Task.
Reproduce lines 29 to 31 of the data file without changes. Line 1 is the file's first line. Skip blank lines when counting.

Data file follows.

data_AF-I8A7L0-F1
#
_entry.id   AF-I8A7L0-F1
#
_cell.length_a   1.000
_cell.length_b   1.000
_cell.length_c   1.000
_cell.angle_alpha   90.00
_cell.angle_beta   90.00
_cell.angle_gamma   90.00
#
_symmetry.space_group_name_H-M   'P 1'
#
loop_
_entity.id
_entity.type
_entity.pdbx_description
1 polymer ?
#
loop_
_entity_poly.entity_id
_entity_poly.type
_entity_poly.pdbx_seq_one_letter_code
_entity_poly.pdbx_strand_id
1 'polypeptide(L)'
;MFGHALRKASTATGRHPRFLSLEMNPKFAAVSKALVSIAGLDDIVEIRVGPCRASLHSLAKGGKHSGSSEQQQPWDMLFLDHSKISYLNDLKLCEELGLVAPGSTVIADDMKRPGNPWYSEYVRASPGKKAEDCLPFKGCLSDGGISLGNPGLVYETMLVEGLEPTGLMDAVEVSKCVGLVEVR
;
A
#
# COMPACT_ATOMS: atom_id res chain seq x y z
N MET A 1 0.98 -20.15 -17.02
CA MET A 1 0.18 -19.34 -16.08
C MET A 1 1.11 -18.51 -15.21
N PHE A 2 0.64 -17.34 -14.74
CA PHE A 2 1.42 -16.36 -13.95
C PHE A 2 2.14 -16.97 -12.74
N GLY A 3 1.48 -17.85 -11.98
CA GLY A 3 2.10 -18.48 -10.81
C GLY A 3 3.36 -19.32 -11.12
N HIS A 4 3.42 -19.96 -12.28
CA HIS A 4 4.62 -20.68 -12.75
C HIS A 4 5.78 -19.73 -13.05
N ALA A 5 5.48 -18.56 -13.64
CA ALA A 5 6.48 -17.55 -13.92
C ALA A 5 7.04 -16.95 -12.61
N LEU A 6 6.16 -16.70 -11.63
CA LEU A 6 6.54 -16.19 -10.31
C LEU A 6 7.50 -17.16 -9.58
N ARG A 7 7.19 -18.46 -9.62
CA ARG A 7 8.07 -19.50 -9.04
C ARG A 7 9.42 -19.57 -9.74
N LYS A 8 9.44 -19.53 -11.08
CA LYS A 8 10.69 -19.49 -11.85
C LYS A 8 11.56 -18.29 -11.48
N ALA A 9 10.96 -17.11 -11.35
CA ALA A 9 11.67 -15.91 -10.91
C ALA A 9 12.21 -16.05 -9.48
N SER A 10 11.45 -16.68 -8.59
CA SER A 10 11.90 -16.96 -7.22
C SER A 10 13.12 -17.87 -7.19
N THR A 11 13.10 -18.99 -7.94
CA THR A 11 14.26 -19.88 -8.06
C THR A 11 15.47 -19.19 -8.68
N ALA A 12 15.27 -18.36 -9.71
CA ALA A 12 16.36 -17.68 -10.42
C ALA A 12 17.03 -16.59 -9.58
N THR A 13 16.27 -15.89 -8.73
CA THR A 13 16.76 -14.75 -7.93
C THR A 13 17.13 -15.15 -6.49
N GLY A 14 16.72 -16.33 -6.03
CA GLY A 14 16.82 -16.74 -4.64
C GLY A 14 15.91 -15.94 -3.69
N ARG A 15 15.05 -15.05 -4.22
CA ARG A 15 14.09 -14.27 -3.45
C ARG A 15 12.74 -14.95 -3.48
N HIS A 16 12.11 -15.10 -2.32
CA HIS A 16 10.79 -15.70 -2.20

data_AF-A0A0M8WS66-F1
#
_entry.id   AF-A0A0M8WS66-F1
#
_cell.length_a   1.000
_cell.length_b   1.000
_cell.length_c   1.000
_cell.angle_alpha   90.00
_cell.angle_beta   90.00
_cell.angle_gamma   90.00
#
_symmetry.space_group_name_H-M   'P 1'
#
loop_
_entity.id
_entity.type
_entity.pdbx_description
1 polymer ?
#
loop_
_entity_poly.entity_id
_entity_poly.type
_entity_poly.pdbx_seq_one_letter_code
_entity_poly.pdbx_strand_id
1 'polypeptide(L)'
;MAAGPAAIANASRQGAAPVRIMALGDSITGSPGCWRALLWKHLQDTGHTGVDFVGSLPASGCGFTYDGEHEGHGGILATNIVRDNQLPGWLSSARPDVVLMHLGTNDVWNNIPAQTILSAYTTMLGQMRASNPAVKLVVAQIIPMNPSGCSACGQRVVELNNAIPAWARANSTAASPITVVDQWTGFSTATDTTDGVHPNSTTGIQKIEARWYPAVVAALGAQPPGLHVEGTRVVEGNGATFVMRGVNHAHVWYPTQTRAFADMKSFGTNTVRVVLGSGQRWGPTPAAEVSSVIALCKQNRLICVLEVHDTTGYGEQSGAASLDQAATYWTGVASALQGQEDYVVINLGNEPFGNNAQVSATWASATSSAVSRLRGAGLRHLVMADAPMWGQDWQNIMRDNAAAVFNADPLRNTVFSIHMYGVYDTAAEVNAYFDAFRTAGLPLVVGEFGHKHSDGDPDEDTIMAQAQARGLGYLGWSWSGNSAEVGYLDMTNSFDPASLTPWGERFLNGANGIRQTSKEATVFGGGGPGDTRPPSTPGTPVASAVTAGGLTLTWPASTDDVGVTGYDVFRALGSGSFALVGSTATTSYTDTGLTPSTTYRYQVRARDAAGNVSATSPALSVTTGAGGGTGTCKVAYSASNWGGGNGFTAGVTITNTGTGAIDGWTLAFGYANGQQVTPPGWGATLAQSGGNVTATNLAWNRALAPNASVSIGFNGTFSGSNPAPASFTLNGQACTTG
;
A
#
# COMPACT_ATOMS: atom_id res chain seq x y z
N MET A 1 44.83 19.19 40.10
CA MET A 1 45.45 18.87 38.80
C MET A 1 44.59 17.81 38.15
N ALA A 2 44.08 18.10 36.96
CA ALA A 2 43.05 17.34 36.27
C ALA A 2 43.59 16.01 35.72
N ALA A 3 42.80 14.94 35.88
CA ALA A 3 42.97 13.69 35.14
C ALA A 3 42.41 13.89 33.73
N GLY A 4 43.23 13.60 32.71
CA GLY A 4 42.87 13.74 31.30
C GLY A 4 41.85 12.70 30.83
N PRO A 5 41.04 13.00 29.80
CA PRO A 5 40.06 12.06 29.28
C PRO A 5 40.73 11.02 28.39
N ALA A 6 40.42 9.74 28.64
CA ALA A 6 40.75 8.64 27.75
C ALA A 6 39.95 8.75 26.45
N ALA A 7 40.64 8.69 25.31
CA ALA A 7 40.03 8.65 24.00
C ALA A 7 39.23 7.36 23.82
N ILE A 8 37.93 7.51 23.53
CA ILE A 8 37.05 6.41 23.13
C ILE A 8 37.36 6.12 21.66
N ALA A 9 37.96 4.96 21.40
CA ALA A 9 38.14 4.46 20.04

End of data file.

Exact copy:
#
# COMPACT_ATOMS: atom_id res chain seq x y z
N MET A 1 0.98 -20.15 -17.02